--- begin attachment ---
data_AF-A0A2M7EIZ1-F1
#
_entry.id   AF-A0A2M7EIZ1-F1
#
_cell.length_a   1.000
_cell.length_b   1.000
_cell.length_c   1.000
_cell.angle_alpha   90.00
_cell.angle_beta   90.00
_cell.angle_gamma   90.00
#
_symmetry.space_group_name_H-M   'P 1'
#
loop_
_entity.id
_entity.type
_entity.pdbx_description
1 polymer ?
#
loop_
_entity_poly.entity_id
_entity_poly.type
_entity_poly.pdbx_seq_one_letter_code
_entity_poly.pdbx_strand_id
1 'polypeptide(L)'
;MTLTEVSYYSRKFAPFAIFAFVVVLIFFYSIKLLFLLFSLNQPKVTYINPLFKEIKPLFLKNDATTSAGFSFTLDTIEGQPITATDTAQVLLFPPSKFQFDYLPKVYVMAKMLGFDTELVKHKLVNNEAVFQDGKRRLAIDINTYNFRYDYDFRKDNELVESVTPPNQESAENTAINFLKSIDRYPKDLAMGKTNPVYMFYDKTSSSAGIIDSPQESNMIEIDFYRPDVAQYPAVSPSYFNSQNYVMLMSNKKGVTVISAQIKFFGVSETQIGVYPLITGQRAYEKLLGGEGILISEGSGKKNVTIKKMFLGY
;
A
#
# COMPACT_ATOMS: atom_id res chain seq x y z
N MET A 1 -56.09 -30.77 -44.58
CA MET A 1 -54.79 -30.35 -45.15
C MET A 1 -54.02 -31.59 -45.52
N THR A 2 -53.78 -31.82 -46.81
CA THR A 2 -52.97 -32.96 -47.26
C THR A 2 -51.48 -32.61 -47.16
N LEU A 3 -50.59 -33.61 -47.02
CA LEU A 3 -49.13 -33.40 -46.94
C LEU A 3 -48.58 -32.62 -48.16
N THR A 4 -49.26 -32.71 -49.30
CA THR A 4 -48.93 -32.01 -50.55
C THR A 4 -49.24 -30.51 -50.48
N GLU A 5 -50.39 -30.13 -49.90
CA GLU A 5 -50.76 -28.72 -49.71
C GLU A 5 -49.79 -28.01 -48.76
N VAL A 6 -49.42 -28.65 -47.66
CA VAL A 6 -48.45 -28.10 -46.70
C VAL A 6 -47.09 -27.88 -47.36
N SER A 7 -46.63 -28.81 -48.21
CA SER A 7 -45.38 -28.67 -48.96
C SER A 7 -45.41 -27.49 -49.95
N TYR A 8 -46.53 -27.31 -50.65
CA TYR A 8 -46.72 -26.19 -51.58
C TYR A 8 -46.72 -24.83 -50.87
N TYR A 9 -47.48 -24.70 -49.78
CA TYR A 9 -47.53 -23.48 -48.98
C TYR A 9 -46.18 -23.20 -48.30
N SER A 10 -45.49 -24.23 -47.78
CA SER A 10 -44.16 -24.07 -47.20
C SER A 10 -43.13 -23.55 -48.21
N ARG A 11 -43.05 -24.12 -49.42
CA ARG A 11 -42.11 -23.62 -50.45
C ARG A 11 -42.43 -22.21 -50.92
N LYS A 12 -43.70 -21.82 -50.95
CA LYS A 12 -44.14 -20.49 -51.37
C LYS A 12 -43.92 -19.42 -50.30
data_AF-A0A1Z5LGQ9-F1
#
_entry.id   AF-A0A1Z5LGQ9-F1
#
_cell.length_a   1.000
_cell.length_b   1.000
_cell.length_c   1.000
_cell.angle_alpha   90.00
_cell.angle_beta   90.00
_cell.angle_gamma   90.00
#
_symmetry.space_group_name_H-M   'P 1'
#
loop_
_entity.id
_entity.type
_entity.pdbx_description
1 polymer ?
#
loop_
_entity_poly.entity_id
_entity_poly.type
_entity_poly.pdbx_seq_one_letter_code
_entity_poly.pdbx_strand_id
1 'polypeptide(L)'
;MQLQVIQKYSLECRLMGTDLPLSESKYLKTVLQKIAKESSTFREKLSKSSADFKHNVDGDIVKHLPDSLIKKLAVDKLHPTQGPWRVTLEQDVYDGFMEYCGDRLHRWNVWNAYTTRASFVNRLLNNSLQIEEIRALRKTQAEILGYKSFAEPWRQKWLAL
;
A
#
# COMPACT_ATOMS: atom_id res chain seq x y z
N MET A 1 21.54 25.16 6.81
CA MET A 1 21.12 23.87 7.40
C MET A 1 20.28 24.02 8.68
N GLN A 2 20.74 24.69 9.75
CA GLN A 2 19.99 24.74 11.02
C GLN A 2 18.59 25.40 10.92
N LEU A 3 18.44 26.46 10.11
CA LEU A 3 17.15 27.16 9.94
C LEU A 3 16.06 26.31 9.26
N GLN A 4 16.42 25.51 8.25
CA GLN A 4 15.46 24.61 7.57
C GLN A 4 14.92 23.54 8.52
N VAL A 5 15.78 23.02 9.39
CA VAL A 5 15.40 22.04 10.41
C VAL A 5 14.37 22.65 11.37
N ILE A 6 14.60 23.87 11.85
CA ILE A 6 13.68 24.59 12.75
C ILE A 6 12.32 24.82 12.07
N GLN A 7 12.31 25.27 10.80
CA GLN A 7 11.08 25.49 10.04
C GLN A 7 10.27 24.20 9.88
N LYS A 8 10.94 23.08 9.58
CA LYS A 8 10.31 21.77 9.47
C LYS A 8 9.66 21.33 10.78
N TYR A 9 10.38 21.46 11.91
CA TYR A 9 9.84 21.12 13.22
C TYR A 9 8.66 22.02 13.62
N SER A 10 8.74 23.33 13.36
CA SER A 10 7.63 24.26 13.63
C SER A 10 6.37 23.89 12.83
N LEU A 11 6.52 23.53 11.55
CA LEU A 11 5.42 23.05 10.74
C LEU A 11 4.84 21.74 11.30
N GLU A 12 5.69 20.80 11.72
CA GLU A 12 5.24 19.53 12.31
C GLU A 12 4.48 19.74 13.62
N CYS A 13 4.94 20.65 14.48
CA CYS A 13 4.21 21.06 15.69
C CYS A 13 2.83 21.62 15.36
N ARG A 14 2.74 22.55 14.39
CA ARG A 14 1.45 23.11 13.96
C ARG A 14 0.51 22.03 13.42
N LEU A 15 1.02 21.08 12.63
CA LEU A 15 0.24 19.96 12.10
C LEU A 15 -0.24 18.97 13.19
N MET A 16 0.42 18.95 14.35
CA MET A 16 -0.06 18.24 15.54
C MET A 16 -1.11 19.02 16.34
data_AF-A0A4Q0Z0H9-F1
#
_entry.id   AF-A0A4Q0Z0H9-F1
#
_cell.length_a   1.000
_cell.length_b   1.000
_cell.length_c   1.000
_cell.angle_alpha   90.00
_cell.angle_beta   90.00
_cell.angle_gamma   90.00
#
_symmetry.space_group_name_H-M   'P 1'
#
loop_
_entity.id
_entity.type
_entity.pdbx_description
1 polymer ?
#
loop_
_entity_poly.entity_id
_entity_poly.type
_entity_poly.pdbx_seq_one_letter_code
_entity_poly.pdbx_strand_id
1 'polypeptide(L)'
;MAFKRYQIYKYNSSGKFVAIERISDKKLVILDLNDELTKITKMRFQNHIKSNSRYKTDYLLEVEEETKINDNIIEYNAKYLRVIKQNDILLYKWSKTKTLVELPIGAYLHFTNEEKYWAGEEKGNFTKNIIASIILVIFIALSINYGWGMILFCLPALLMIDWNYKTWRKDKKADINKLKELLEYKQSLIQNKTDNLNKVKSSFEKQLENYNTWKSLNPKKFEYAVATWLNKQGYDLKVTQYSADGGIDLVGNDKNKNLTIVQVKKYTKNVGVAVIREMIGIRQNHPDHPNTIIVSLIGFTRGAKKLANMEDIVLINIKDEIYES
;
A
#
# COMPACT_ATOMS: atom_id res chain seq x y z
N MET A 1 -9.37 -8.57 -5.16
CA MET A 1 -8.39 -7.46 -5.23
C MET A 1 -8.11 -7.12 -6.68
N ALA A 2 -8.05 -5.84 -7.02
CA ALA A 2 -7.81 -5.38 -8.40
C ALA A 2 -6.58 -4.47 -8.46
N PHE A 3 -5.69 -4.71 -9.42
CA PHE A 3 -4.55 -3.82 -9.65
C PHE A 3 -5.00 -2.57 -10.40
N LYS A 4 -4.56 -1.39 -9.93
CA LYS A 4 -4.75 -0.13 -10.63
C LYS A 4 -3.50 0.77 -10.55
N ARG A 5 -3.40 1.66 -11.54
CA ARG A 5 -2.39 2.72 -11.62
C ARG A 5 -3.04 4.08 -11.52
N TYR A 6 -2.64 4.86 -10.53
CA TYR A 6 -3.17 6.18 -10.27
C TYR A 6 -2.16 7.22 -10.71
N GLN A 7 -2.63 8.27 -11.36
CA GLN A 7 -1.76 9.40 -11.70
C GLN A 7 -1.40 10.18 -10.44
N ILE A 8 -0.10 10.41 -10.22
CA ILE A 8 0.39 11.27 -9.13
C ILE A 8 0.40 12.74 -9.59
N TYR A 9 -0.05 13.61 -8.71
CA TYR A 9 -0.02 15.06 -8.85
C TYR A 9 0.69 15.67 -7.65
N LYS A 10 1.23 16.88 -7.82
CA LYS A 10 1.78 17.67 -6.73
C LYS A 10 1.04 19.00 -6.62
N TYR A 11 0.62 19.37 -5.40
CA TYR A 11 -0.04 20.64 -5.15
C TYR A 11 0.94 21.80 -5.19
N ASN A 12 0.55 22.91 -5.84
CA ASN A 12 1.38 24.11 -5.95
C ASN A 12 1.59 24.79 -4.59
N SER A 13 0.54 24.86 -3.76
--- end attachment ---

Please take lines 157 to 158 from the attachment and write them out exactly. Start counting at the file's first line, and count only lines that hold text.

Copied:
#
loop_